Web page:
Confetti Pillow

Posted by on


With all the raw-edged scraps decorating the front of this pillow, this project is not likely to be an heirloom classic. But this pillow is just the ticket for a fun, contemporary home decorating detail. And it’s a fast and easy way to use your scraps.
Finished size: 18 in. by 18 in.
Pattern difficulty: Easy
Scrap Requirements:
- 2-inch medium-value scrap squares: up to 150 (24–30 for each raw-edged scrappy row)
- 3 1/2-inch light/neutral-value scrap squares: 36
Fabric and Notion Requirements:
- 3/8 yard backing
- 1/4 yard, 16-in.-wide sew-through fusible web
- 18-inch pillow form
- 20-inch or longer straightedge ruler
- Heat-erasable marker

Source: , ScrapTherapy® Scraps Plus One!: New Patterns t...

Step 1

Prepare the Scraps:
Select one hundred fifty 2-inch medium-value scrap squares. Coordinate them into a color theme or just go scrappy. Select thirty-six 31⁄2-in. light/neutral scrap squares.
Prepare the Backing Print:
Cut one 12-in. width-of-fabric strip; then cut two 12-in. by 181⁄2-in. rectangles for the backing.
Prepare the Pillow Front:
Sew 31⁄2-in. scraps into six rows of six scraps. Press the seams alternately by row. Sew the rows together; press the row seams open. The pillow background is 18 1⁄2 in. square.

Step 2

Place the pillow background on your work table, right side up. Starting and ending about 1⁄2 in. away from the edge, arrange twenty-four to thirty 2-in. scraps over each row seam. Place the scraps one at a time, right side up and wonky. Without disturbing the scrap arrangement, place a long straightedge ruler over the 2-in. scraps, aligned with the visible seam at either end of the row. With a heat-erasable marker, draw a straight line over the 2-in. scraps. Remove the ruler carefully, and pin through all the layers to secure.
Sew a decorative stitch over the straight line. Repeat with all five seam lines.

Step 3

Place the pillow front right side down on your work table. Make a mark 1⁄2 in. from the corner, as shown. Then make a second mark on each adjacent side 43⁄4 in. from the corner. Draw a line connecting the marks. Repeat for all four corners. Set aside.

Step 4

Pillow Back:
Cut three 11⁄2-in. by 16-in. strips from fusible web. Place the fusible side of the fusible web strip on the wrong side of one 12-in. by 18 1⁄2-in. backing rectangle, aligning it with an 18 1⁄2-in. edge of the fabric. Abut a partial strip next to the 16-in. strip to cover the fabric edge across the entire 18 1⁄2-in. length. Fuse with a hot iron. Remove the paper, fold the fabric 1 1⁄2 in. from the edge (along edge of the fusible web), and fuse again to encase the fusible material. Repeat with the second 12-in. by 18 1⁄2-in. backing piece.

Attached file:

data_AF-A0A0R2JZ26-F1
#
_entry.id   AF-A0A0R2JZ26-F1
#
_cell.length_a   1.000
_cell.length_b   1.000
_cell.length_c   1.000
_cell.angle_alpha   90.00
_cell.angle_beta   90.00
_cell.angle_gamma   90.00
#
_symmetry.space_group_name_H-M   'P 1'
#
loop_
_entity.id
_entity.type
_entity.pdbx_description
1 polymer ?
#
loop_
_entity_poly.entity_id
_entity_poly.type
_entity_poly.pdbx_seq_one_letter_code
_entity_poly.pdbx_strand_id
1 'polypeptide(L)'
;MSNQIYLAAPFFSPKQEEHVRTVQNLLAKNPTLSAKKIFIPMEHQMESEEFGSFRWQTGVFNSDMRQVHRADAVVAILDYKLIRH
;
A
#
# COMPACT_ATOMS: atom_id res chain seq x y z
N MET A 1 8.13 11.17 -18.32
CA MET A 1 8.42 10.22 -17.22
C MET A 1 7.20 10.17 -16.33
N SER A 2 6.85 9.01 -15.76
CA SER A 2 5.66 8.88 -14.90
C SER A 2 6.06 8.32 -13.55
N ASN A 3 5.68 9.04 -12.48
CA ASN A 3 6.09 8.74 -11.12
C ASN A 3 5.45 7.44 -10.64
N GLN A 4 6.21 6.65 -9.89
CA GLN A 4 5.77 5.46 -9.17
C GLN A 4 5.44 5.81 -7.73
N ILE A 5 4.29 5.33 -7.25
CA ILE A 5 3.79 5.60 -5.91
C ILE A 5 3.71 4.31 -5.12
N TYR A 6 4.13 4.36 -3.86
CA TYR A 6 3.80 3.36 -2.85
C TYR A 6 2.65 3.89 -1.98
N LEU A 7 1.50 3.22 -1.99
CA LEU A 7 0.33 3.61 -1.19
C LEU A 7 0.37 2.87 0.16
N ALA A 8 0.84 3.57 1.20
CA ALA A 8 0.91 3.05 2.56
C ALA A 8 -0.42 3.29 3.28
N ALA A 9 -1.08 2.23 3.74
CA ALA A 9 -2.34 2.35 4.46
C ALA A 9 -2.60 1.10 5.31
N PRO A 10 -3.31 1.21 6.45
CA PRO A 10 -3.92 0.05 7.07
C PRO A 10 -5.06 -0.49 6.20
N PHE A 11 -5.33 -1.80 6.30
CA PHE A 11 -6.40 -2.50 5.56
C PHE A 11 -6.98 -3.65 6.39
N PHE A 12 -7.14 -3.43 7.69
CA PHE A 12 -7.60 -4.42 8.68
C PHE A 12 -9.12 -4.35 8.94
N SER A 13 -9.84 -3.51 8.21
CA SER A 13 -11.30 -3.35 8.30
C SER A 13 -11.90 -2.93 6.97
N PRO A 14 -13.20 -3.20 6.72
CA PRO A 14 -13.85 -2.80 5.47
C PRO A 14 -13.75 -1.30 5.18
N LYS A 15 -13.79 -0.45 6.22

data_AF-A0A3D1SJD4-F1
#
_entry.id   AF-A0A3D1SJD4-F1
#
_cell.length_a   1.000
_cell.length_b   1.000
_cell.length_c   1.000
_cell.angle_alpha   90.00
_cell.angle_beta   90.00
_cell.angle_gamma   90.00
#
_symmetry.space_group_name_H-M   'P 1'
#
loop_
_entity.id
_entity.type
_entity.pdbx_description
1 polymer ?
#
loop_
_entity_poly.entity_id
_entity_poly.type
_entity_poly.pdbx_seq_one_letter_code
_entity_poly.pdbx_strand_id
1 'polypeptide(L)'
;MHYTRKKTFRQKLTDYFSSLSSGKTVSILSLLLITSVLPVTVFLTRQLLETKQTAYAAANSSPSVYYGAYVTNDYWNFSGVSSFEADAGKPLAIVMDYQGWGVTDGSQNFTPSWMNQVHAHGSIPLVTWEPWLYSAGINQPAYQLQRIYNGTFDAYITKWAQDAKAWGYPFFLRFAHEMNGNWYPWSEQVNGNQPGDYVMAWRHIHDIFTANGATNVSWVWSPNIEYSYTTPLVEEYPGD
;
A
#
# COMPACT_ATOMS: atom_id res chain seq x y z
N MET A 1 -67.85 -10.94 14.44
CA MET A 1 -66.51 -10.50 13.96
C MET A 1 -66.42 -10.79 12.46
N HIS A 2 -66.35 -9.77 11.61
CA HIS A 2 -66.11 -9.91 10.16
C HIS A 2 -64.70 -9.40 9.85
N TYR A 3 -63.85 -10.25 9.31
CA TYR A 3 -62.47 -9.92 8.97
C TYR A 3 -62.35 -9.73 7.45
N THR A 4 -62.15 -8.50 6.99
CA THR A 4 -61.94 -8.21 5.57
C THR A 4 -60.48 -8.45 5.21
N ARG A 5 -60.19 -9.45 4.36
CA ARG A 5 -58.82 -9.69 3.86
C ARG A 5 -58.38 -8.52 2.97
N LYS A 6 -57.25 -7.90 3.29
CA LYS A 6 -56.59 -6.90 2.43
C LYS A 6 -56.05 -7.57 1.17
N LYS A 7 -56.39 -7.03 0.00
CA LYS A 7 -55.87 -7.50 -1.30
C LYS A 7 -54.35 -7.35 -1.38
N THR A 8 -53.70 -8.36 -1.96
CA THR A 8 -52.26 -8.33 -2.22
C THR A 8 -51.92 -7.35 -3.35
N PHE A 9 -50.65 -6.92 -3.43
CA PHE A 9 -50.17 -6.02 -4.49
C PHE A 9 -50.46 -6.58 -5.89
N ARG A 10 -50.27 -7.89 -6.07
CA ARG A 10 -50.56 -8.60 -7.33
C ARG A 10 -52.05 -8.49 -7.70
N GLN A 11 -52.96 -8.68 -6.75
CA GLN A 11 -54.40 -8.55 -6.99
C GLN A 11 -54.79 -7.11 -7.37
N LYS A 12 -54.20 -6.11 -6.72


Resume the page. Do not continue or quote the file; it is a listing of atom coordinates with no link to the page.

Step 5

Assemble the Pillow:
Place the pillow front, right side up, on a large work surface. Make sure it is flat.
Place one backing piece, right side down, on the pillow top, with right sides facing and raw edges aligned.
Place the second backing piece, right side down, on the pillow assembly, aligning the raw edges on the opposite side of the pillow top. Pin liberally around the entire pillow assembly to secure the edges.

Step 6

Flip the entire assembly so the wrong (marked corner) side of the pillow front is facing up. Sew a 1⁄4-in. seam allowance around the entire outside edge and along the corner markings. Remove the pins as you sew. Trim on the lines.
Turn the pillow assembly right side out through the opening in the back. Insert an 18-in. by 18-in. pillow form.
Tip: This little corner marking trick will help your pillow cover fit perfectly over the pillow form with no extra fabric bulk. When assembling the pillow, you’ll sew around the edges following these marked lines. It’s a minor adjustment that can make a big difference.

Step 7

Excerpted with permission from "ScrapTherapy® Scraps Plus One!: New Patterns to Quilt Through Your Stash with Ease" by Joan Ford and published by Taunton Press. Images by Burcu Avsar.

Log-in to Post a Comment: Craftfoxes shadow Google shadow


(1 comment)
  • by jbneary
    User profile

    I did sort of the same thing but with a small blanket...sort of a ' tag-a-long ' one except I used gros grain onto which I sewed the scrappy piecies. It seemed to me to be a bit stronger to survive a youngster chewing and pulling on the small scraps. So far it has survived a few months of life in a crib and is starting to travel being pulled by its young Master.